AN: Ok so here's the deal. This story is MASSIVELY AU. I had already thought up the plot and character relationships loooong before actually reading Cursed Child and, tbh I didn't really like the "book" that much when I did finally read it. Some of my reasoning for that will become apparent later in the story when the really glaring, awkward, unplanned convergences happen, the rest is just my personal feelings. This story, despite taking place during the Cursed Child timeline, and having the Cursed Child characters, really isn't a Cursed Child story. Like it's not even close you guys, any plot parallel with the canon material is complete coincidence, and again you'll know what I mean (and why I'm a little salty about it) once the story gets to certain points. So seriously, don't tell me what 'never happened in cursed child' or 'what this or that character wouldn't actually do' because, as respectfully as possible, I don't care. This is literally just what happened after I heard the character names and a vague synopsis of their personalities/relationships to eachother online. its not supposed to be like the canon and, honestly, if you liked the canon, you might not like this at all.
Anyway you've been warned, and to the likely very small niche of people this story might appeal to, I hope you enjoy it.
The second she saw him, panic hit her so hard she actually stumbled. The reality of the fact that she was young, cute, female, and completely alone in unknown territory was suddenly all she could think of and before the man could even take a breath she was already hauling ass back down a stone hallway she had no business occupying in the first place.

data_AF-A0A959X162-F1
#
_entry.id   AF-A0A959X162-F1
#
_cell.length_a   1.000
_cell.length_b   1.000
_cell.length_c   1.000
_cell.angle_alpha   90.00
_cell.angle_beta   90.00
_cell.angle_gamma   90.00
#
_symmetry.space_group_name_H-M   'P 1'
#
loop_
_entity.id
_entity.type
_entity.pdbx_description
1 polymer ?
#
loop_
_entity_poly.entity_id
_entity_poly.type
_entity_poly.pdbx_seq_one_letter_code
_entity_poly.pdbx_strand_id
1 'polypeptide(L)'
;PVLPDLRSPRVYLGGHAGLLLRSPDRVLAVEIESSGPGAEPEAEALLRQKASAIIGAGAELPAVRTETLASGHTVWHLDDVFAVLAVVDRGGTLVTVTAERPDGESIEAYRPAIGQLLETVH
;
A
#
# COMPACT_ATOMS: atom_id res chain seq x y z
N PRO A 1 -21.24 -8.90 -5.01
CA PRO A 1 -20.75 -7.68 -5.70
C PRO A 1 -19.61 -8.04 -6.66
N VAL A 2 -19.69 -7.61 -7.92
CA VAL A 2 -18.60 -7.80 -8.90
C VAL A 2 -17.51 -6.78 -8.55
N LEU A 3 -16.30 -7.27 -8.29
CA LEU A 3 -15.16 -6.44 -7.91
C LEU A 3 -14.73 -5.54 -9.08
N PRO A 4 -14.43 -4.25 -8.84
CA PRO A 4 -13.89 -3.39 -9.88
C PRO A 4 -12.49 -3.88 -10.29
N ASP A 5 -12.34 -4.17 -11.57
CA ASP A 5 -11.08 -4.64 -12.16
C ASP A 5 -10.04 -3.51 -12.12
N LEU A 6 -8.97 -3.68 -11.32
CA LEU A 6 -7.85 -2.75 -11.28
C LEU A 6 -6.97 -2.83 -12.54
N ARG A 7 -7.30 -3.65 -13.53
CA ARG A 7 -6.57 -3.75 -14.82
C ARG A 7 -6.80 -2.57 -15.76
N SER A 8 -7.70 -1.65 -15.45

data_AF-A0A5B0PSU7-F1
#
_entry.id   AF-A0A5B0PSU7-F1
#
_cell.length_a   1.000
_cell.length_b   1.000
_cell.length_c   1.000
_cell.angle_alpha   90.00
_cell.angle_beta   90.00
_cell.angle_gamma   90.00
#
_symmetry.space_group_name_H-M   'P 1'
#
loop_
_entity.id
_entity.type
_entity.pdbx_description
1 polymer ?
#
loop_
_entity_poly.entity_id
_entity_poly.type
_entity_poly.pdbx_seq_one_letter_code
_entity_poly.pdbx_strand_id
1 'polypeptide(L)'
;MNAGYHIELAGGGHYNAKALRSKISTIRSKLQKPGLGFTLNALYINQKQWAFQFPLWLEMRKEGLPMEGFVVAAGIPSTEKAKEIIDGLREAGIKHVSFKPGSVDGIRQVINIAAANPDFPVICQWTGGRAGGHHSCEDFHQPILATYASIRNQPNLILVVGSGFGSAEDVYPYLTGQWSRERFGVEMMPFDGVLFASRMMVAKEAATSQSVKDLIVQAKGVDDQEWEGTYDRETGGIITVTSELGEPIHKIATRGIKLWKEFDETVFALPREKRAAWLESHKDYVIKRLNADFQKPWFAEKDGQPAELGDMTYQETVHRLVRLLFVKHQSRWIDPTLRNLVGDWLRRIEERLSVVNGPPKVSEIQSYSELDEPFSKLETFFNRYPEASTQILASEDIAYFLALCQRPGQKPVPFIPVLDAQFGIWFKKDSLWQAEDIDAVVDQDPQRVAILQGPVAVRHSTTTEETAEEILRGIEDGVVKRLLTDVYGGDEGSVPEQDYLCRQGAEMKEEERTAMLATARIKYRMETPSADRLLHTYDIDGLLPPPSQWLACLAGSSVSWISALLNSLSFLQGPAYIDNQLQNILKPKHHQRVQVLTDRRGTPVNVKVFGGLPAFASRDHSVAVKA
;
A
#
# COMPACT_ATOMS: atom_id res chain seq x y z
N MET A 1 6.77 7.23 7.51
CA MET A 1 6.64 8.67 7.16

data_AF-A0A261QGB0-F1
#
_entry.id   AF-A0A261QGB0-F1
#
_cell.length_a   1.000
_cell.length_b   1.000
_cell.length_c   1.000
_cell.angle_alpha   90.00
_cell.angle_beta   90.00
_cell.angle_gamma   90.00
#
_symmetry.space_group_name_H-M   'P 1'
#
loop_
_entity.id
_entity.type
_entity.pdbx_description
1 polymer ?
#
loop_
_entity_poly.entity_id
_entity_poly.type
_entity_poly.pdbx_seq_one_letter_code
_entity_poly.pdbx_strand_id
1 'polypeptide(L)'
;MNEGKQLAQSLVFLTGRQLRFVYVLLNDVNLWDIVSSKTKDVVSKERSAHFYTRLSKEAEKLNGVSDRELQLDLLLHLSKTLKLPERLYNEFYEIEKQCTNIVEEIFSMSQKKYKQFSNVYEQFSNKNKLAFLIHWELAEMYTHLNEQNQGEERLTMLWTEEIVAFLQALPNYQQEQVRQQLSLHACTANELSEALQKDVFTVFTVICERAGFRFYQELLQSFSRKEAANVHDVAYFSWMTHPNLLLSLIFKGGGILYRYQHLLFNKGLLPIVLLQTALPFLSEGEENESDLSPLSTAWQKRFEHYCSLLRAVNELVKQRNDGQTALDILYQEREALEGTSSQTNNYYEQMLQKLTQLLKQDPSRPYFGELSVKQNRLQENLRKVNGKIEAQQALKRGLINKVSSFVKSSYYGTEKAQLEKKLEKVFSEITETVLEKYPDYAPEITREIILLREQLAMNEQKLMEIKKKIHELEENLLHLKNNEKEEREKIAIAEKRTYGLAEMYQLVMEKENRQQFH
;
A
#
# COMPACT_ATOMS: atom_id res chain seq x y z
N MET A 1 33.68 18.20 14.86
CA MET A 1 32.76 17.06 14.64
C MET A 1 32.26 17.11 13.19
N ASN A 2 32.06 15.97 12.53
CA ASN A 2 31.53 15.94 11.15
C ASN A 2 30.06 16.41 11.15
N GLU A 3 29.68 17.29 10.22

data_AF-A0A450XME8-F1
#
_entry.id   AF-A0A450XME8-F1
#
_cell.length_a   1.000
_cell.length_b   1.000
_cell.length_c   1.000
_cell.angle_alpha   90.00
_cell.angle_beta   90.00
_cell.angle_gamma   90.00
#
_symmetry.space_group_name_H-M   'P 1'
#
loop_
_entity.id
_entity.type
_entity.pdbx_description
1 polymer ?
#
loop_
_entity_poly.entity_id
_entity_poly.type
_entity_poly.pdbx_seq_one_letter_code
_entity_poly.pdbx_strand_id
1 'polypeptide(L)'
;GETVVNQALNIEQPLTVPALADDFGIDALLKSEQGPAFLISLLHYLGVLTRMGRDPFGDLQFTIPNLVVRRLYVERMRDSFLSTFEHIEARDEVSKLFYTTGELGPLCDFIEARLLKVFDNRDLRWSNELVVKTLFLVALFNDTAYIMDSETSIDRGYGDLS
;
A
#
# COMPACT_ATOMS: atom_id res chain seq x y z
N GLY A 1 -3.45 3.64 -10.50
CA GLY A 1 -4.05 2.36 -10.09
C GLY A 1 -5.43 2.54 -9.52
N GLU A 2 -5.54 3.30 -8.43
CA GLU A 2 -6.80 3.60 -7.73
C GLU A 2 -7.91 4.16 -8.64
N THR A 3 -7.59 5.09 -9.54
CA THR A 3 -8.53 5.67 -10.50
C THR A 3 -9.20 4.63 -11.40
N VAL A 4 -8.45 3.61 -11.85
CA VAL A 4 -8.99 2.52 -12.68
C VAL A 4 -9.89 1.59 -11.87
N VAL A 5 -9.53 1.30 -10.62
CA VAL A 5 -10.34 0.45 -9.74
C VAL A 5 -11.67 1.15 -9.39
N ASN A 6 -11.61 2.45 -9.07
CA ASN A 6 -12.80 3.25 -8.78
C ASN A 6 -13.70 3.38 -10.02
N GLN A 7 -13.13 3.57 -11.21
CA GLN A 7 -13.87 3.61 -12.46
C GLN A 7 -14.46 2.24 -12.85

How could she have been this stupid? She suddenly realized why she'd gotten such a weird feeling about this place, the neatly kept grounds, the complete lack of erosion or decay. She'd been so excited to find such a cool place to explore after the monotony of the forest she hadn't even wanted to think about the little tingle of warning in the back of her mind. The hair-raising feeling on the back of her neck that there was something different about this place. And now here she was, running, her day-pack bouncing against her back, from a scraggly, creepy looking old man (who was probably armed and would probably make a lampshade out of her skin if he caught her) and vowing adamantly to herself that she would never ignore that feeling again.
She was just starting to think she might be safe, hearing his clomping footsteps and asthmatic wheezing falling farther and farther behind, when suddenly there were several more sets of footsteps behind her, and at least one of these sounded much faster. Her lungs began to ache, her eyes watering with fresh panic as she picked up speed again, not daring to look behind her as she sprinted down the corridors that seemed much longer than they had been when she'd thought she was alone. She passed a suit of armor she had been admiring not ten minutes ago and reached out with what little of her focus remained, mind-pulling it to the ground behind her as she passed.